Over a period of five years, the Danish Ministry of Justice has refused to co-operate with the Italian investigators in the Hecht-Medici trial for the apparent reason that Italy requested the return of several antiques now housed in the Glyptotek. The Ministry has now admitted that they were wrong all along and that, in fact, Italy has never asked for the return of any items from Danish museums. Here’s what Paolo Ferri, principal investigator of the Hecht-Medici case, had to say about the Ministry’s efforts (Information, 13 December, p. 7, my translation):
The Ministry has not been in good faith. They received a number of investigation requests from me, and they received the first of these five years ago….Somebody in the Ministry has acted wrongly and is now trying to save his bacon. I’m happy that they’re correcting their mistakes, but it happens too late for me to accept it happened in good faith.
Of interest to the Italian investigators are a number of antiques that were sold by Hecht and Medici to the Glyptotek in the 1970s. Among these are the lavish grave-goods from an Etruscan grave. Ferri has now asked that the Glyptotek hand over all paperwork related to the acquisition of these items. To be continued, I assume.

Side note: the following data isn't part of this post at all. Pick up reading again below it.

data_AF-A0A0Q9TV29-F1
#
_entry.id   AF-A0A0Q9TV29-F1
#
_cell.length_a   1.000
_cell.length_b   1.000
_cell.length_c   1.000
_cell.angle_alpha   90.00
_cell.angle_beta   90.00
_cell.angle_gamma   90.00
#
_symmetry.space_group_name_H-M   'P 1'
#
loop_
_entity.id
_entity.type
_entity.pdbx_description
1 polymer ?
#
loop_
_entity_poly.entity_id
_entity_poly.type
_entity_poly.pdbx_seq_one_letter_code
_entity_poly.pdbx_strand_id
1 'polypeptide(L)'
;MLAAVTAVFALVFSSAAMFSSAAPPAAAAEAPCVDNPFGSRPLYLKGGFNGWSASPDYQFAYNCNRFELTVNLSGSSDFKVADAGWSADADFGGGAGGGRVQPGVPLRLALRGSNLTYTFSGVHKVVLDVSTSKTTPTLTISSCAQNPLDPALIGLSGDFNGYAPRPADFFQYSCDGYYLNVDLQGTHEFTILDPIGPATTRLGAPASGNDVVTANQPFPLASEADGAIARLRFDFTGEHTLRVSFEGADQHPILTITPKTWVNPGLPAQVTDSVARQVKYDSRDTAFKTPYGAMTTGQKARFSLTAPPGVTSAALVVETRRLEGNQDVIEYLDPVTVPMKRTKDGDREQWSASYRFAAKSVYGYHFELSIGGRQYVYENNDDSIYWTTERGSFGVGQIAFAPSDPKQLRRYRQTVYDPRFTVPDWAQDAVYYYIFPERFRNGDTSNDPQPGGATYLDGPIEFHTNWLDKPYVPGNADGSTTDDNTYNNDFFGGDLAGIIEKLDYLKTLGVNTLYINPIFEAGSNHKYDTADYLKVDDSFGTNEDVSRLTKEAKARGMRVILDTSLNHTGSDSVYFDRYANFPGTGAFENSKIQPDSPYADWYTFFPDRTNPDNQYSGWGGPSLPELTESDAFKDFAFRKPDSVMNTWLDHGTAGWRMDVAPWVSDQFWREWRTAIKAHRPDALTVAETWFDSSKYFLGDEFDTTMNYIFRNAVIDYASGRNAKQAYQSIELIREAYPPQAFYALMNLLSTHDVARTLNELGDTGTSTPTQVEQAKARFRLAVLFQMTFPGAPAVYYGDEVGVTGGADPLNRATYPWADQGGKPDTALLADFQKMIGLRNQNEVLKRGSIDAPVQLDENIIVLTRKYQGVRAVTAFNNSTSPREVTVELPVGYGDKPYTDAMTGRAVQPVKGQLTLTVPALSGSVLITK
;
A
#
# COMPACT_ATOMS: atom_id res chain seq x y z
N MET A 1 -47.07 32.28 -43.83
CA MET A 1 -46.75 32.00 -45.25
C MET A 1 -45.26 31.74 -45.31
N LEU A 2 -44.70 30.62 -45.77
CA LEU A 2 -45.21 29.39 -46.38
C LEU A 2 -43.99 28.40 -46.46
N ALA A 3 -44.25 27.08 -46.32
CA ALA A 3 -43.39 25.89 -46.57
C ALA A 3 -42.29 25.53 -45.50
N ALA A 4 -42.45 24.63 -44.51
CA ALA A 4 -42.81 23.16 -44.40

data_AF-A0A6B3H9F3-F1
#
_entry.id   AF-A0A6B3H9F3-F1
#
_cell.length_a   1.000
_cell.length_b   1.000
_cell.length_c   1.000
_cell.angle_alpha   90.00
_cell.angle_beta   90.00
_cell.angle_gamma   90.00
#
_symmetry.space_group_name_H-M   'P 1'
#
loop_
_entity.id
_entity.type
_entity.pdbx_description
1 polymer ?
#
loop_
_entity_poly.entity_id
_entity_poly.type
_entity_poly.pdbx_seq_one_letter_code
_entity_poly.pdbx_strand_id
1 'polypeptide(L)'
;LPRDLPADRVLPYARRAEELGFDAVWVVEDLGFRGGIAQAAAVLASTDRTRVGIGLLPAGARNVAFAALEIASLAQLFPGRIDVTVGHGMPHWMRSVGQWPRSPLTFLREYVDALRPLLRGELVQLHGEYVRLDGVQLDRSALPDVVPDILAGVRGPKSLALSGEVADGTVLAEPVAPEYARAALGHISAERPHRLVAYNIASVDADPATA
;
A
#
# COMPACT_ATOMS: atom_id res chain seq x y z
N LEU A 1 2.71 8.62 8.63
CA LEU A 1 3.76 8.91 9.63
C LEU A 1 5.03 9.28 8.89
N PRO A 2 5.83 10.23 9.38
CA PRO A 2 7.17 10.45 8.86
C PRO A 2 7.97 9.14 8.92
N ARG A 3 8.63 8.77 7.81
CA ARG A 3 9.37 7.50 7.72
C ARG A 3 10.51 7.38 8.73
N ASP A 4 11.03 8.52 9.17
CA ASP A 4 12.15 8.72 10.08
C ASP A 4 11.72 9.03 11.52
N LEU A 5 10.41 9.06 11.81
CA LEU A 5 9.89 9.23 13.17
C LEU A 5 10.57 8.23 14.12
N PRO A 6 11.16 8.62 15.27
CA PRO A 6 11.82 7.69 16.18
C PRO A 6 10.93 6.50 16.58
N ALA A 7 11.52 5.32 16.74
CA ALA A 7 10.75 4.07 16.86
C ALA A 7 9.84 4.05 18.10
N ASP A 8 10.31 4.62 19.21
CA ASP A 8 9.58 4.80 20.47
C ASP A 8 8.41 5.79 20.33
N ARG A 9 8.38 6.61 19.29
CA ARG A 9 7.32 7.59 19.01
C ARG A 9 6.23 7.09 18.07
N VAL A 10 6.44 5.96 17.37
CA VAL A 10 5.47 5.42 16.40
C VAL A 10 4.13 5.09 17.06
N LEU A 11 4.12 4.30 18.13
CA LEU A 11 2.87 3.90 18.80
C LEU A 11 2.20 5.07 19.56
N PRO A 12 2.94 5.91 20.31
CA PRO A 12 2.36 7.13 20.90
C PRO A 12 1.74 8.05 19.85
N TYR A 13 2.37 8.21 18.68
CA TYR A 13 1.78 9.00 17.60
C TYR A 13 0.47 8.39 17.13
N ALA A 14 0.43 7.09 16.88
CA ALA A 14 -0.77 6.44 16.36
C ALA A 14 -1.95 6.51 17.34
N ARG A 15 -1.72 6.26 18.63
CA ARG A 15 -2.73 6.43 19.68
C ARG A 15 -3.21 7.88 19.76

“Kulturministeren: Museer skal levere tyvekoster tilbage” (“Minister of Culture: Museums must return stolen goods”), Information, 14 December.
“‘Nu må Glyptoteket tale’” (“‘The Glyptotek must co-operate now'”), Information, 13 December.
“Justitsministeriet i Glyptoteket-sagen: ‘Vi lægger os fladt ned og erkender, at vi har begået fejl’” (“Ministry of Justice in the Glyptotek-case: ‘We admit that we have made mistakes'”), Information, 11 December.
“Ministerium undskylder fejl i sag om italiensk kunsttyveri” (“Ministry apologizes for error in Italian art theft case”), Politiken, 11 December.